Intermediate » K5 Gifted

Intermediate

Age & Stage of Development

K5 Gifted intermediate elementary kid Beatrix

3rd-5th Grade

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Now is the time for your child’s personality to truly blossom. They may be craving more independence, but make no mistake, they still need their family as much as ever. This is a time of heightened emotional intensity, which can lead to hurt feelings. Increasingly they become aware of their differences, as they are advancing rapidly. Enjoy this time because middle school is coming… and that can be especially tumultuous for gifted children.
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Is my intermediate school child gifted?

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Click or hover over the boxes below to learn more!

Adroit

Able to think abstractly

dianoetic

Skillful at problem-solving, math reasoning, and applying concepts via real-world experiences

Dreamer

Voracious reader, especially enjoying informational texts and fantasy. May want to abandon learning for reading and writing fantasy

linguistic

An ever-increasing vocabulary

Skeptical

As critical thinking increases so too does self-criticism and being critical of others

Persistent

Goal-directed behavior; may not enjoy all aspects of general education curriculum since it may not feel individualized enough

Laser-focus

Independence in work and study; may have long attention span and lose sleep when focused and motivated to work on areas of interest

swamped

Diversity of interests and abilities; may get over-scheduled because of many varied interests and abilities

Ingenuity

Creativeness and inventiveness; may manifest in math problem solving, STEM activities, art, or writing.

Witty

Keen sense of humor; can be sarcastic at times

Empath

Intuitiveness when dealing with others and understanding their problems

Unique

Self-acceptance and unconcern for social norms; becomes more evident especially 5th grade as they are approaching middle school; may become more aware of what it means to be gifted

Self-directing

Independence in attitude and social behavior; may come across as a loner; behaviors may seem odd at times to typical learning peers; may prefer working on projects alone instead of with a group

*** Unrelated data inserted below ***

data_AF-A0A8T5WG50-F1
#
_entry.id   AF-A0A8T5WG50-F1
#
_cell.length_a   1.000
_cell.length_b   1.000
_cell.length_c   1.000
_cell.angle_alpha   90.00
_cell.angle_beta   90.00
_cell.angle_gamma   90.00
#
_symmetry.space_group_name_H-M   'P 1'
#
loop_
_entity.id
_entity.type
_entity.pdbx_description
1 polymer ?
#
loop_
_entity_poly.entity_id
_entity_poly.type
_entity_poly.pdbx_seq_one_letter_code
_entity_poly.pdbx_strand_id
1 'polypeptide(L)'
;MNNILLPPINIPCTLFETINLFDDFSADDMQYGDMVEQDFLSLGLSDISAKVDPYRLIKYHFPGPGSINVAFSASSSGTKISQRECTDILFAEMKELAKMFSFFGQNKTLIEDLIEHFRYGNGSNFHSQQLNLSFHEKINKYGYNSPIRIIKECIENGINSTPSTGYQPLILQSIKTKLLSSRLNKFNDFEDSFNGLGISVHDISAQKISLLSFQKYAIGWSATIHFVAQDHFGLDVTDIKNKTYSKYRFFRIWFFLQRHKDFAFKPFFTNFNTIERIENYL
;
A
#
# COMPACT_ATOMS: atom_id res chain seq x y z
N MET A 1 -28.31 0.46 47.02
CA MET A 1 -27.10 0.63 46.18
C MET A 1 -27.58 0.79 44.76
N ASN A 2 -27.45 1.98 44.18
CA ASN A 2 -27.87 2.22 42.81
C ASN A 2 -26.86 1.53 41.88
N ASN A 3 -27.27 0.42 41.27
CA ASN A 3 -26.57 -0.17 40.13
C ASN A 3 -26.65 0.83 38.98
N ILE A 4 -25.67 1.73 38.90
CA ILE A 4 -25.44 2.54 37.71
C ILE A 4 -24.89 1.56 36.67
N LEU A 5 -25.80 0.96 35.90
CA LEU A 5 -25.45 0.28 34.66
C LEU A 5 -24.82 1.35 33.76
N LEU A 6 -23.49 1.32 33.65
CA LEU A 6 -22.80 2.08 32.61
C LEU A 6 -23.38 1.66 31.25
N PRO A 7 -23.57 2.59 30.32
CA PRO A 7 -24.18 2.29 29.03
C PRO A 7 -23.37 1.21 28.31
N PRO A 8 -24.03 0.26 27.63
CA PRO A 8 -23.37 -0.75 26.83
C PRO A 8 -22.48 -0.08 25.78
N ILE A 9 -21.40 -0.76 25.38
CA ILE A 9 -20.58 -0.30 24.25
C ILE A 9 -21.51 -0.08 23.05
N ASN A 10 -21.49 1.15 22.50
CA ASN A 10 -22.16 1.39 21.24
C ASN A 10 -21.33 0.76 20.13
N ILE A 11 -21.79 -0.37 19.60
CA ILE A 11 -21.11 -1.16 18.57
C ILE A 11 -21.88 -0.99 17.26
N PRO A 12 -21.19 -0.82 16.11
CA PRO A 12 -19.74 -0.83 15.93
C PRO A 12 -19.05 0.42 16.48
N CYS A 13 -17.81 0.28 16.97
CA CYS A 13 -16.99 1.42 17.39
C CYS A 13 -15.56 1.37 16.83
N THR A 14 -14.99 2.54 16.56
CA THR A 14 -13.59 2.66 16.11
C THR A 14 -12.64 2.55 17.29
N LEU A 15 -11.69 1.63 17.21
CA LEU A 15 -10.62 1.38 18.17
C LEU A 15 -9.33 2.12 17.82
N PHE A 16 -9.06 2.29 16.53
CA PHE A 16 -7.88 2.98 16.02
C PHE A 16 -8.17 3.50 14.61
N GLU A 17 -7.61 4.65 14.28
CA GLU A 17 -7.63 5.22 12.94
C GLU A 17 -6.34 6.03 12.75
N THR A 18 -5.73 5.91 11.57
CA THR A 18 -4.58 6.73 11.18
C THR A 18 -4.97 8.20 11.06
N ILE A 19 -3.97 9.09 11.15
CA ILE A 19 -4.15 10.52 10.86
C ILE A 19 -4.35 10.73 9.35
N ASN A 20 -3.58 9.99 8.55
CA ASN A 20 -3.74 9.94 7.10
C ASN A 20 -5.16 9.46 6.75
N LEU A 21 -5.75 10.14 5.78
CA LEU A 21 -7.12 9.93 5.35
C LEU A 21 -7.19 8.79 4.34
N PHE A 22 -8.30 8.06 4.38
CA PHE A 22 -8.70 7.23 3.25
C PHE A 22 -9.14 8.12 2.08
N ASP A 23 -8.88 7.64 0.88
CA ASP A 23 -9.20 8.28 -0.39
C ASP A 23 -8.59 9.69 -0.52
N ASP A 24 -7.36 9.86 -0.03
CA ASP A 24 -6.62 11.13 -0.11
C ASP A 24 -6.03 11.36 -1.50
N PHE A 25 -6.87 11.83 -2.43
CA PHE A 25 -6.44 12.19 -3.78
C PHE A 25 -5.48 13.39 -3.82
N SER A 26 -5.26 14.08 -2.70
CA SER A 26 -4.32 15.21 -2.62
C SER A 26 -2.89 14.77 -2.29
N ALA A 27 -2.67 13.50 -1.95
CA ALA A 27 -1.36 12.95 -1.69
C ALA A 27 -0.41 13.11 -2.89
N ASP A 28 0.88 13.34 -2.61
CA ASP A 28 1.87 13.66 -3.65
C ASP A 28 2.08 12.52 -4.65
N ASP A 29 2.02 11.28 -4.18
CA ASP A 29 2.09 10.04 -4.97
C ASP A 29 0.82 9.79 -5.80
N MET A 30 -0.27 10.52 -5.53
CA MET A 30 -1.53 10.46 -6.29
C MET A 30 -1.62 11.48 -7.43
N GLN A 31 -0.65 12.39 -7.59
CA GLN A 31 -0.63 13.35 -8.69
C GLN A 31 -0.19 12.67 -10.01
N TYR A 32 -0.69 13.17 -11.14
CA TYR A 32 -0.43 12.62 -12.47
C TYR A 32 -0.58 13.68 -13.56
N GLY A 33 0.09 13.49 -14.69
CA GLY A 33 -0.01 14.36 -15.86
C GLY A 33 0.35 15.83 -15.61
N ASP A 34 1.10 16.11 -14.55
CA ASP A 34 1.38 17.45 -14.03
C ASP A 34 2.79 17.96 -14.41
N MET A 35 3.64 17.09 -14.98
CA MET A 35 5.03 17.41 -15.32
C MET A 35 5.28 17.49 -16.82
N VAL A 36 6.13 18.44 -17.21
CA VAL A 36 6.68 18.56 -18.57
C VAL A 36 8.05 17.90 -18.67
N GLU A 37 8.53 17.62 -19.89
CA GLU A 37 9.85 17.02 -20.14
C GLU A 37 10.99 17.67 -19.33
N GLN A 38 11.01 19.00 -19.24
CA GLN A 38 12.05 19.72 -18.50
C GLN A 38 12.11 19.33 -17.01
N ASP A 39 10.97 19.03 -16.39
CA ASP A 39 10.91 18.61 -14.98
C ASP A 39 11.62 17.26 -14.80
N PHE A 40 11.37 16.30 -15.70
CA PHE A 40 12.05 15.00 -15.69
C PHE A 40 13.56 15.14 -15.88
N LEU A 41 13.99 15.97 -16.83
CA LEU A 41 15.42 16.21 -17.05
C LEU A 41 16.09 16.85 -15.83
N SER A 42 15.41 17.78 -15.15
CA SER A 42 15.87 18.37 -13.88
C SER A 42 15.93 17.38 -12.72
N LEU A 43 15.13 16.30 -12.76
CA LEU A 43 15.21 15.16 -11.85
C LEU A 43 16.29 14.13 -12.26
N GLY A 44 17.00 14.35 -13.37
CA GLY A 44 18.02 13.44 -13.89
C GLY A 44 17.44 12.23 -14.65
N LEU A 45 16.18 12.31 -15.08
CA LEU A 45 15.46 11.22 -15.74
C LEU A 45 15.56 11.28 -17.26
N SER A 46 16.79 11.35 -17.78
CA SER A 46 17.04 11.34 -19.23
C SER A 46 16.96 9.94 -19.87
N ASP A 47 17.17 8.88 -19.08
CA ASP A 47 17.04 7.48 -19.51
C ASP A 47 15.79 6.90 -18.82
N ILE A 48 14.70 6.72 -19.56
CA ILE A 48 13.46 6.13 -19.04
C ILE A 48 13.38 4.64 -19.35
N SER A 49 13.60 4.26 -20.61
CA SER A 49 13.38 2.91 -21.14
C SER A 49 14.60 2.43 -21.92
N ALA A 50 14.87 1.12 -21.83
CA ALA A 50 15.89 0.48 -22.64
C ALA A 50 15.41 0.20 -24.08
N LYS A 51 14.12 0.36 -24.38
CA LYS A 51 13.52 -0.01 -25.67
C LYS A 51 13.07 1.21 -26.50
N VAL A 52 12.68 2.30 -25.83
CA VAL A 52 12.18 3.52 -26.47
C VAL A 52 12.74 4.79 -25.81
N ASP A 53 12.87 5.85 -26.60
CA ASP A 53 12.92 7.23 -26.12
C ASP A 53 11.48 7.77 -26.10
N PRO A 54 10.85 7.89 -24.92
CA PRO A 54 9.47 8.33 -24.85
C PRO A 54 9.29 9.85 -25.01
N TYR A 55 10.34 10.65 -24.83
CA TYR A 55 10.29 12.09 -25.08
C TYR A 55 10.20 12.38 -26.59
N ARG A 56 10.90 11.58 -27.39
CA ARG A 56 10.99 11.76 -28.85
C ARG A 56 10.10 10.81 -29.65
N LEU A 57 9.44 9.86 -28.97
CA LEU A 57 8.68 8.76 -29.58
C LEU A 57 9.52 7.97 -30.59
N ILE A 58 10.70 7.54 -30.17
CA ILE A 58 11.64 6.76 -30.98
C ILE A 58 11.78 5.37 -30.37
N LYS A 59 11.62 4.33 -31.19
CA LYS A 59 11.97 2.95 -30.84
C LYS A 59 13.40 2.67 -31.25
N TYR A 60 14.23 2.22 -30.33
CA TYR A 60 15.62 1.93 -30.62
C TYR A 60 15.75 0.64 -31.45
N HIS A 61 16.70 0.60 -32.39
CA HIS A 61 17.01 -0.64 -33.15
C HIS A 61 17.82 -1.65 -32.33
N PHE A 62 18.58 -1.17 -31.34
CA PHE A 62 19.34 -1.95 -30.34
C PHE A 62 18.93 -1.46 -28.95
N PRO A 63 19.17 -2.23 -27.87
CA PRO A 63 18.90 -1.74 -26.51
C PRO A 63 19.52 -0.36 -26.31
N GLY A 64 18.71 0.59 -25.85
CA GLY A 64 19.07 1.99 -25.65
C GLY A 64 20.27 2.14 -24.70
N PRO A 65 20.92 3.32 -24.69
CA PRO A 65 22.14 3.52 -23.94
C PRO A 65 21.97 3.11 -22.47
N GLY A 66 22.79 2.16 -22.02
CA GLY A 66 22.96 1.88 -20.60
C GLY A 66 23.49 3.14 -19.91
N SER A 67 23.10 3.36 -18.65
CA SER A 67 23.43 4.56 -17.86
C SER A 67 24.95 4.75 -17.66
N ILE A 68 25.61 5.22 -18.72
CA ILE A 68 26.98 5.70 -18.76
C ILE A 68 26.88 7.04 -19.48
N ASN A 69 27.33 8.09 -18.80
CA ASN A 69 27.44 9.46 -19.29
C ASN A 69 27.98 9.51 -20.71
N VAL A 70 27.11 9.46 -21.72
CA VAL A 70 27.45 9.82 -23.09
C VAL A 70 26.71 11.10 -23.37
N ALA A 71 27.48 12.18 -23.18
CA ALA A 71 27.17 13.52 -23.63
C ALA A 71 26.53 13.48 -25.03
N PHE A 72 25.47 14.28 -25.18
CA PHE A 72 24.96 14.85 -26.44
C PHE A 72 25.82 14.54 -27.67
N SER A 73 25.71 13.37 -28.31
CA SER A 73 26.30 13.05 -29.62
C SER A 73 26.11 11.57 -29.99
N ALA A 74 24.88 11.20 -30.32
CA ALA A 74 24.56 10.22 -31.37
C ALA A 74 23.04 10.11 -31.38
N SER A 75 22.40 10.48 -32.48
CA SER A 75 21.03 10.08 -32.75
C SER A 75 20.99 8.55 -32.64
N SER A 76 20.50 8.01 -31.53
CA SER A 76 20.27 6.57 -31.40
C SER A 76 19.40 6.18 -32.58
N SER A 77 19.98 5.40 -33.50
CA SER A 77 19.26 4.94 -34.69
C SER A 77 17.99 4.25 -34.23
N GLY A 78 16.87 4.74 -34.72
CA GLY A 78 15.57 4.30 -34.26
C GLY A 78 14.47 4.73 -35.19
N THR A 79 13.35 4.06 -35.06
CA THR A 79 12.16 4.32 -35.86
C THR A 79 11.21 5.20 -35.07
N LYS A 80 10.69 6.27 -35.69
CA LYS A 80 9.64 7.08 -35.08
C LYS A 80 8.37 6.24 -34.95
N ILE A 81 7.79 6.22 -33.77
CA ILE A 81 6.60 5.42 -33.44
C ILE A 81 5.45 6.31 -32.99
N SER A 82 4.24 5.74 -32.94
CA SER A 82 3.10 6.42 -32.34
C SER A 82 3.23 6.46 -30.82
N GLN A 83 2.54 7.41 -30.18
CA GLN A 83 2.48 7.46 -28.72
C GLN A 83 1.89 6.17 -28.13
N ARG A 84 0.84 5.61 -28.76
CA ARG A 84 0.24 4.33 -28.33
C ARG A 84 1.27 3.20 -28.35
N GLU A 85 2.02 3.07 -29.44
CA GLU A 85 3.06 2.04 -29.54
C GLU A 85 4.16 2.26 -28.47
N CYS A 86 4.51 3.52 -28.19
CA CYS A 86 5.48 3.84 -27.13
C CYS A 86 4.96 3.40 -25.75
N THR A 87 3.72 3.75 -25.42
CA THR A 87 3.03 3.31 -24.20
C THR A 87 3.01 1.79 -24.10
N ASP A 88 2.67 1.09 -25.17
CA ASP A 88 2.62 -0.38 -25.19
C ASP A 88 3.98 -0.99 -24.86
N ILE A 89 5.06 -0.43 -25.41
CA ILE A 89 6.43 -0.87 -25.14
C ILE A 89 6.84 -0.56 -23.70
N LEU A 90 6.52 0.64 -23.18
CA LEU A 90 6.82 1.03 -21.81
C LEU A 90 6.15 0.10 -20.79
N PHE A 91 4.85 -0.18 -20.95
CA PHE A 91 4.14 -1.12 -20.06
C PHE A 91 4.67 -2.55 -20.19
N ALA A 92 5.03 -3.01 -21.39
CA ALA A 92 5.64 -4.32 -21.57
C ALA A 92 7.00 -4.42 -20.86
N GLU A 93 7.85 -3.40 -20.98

Stickler

High expectations for self and others, often leading to feelings of frustration; perfectionistic

Uneasy

Feelings of being different, but; wants to fit in; doesn't want to be called a "nerd" or a "geek."

Curious

Constantly questioning; may have amazing computer skills to find answers and deeper understanding; needs assistance with internet safety during this time period

Source: Adapted from “Traits” by Dr. Barbara Clark.

Questions & Answers:
Intermediate Gifted Kids

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Click on each question below to find out more!

Intermediate elementary refers to 3rd, 4th, and 5th grades.

They are an especially fun group with keen sense of humor and a true identity. You see their quirkiness and enthusiasm for life. They learn to advocate for themselves during this time period to get what they need in the classroom. You see academic skills take off during this time. They are ready for more abstract math and may find an interest in geometry reasoning or algebraic thinking. Some children who are always preferred non-fiction, find a new interest in fiction, especially fantasy. They are avid readers. Getting their heads out of books can be challenging. Their computer skills become more adept. 
 
Unfortunately, 4th grade girls can be especially cliquish at this age, excluding others. “Mean girls” sometimes surface. Social media doesn’t help. It is important for parents to advocate and support children but not get caught up and encourage the drama. “Save the drama for your llama, not your mama.”  Encourage your children to treat others the way they would want to be treated and remove themselves from mean-spirited social situations. This is the time your child can learn that he/she doesn’t have to be best friends with everyone, just be kind. 
 
During this period, your child needs to find other gifted kids who share similar interests. One good friend is much better than a boat-load of not so nice kids to hang out.
I hope your child, if gifted, has been identified prior to 3rd, 4th, or 5th grade, but if not, it is not too later. Ask your child’s school if routine screening has occurred. If not, ask what the process is. If your child has been screened or tested and you disagree, you can always seek private testing with a psychologist. In an IEP gifted state, the school testing is comprehensive, and you will receive specific information about your child’s cognitive ability (IQ), achievement (skills in math, reading, writing, and maybe science, and social studies). Your child will also be considered in the area of creativity and possibly other areas. You will also receive written, detailed information in a report about areas that your child needs to strengthen. 
 
Some of the cognitive tests used for comprehensive testing are the Wecshler Intelligence Scale for Children. It has been renormed several times to keep it up-to-date. It gives you a verbal and non-verbal score as well as a full-scale score. You can find out how your child processes information with and without language. The scores compare to other children the same age, nationally. Another test used is Stanford Binet. It also is a well-respected test and can only be administrated by a psychology. You cannot prepare a child for an IQ test. Just remind them to do their best, and their best is always good enough. There are other IQ tests used depending on the age of the child. Other considerations may include: does your child have a suspected other disability or is your child and English Second Language child. You don’t request the test. The professional will listen to information from you, and then decide what test is best to administer. 
 
The advantages of having private testing is that the information is yours to keep because you pay for it. You can choose to share the information with the school, or not. It is yours. The psychologist will usually meet with your to go over the report and make recommendations for home and school.